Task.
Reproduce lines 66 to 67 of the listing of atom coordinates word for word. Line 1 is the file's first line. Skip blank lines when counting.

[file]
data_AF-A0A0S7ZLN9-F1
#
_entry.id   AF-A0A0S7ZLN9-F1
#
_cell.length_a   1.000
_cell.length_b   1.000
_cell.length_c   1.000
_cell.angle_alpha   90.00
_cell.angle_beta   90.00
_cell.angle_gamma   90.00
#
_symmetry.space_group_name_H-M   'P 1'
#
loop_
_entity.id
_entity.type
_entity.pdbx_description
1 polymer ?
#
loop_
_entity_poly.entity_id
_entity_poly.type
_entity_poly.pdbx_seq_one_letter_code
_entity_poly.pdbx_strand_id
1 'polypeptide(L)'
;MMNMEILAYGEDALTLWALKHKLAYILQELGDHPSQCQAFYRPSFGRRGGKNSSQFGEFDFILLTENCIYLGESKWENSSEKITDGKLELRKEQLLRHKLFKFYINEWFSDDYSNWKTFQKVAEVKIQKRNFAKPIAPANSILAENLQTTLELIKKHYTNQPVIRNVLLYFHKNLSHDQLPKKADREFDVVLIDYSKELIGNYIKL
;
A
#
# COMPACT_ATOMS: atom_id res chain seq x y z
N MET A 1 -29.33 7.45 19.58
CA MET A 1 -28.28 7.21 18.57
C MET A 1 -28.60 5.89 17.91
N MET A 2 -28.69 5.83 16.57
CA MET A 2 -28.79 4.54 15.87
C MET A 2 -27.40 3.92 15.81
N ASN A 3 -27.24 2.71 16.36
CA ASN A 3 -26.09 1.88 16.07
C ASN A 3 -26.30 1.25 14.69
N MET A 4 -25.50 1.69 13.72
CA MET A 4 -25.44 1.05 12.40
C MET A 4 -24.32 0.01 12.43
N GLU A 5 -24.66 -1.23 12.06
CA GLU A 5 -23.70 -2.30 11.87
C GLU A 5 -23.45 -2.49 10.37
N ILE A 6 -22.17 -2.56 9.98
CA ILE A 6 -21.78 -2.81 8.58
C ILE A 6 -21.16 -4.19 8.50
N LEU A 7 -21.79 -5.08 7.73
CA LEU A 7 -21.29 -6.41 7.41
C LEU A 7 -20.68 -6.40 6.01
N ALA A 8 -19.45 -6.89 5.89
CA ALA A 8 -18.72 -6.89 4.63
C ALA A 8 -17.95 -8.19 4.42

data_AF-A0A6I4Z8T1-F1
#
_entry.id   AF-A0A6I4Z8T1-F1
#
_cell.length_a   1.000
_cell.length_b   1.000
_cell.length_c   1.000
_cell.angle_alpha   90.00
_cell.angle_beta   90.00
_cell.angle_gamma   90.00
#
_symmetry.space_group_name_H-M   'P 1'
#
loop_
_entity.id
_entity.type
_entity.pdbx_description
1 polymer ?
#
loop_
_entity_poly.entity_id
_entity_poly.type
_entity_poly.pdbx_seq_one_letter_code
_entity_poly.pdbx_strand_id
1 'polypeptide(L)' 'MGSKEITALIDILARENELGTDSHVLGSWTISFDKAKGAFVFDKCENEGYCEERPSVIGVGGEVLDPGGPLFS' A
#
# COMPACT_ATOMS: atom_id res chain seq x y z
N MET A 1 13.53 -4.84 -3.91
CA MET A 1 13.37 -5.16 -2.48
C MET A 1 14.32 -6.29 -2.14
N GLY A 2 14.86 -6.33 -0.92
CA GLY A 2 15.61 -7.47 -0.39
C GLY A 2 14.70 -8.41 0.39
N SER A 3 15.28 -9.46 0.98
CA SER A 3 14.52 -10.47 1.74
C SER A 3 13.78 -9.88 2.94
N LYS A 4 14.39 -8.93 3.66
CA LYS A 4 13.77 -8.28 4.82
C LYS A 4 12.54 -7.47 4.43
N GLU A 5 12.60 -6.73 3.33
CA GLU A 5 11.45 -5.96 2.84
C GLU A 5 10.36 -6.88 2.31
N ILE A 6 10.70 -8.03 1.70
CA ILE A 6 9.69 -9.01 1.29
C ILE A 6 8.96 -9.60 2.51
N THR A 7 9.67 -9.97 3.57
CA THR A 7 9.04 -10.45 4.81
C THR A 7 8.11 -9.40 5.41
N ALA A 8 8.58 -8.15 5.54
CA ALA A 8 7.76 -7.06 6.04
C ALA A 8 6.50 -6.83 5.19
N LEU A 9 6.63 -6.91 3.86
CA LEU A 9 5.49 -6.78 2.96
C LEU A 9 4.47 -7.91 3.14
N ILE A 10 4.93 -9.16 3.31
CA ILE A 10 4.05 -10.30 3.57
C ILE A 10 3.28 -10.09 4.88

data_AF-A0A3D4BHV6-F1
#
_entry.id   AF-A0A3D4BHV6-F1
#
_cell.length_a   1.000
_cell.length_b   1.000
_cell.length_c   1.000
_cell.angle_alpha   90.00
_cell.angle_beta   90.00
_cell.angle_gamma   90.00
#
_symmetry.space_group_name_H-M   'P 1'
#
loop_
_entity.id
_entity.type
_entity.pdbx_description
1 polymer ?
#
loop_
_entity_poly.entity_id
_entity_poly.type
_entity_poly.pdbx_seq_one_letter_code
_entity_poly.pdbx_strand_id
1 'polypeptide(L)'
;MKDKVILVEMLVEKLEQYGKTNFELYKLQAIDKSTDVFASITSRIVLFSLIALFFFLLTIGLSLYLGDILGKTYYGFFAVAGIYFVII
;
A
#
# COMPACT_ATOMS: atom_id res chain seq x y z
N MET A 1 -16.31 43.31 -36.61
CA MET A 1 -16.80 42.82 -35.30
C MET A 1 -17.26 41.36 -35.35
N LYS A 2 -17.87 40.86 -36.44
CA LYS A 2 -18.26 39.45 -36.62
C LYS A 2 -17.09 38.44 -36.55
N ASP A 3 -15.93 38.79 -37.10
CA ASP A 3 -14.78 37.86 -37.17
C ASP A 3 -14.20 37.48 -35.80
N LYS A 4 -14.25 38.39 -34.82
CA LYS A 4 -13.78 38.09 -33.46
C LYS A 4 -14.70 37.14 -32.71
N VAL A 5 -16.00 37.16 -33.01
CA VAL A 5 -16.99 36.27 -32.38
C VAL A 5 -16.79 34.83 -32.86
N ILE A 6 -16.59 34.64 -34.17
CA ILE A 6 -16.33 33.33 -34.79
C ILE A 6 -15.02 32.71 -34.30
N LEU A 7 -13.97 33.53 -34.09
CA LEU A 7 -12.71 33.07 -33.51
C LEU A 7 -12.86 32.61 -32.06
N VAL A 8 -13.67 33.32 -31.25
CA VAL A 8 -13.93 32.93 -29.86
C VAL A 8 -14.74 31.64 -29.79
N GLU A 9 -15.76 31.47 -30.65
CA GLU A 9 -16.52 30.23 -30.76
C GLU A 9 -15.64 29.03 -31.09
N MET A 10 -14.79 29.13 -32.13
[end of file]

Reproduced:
_symmetry.space_group_name_H-M   'P 1'
#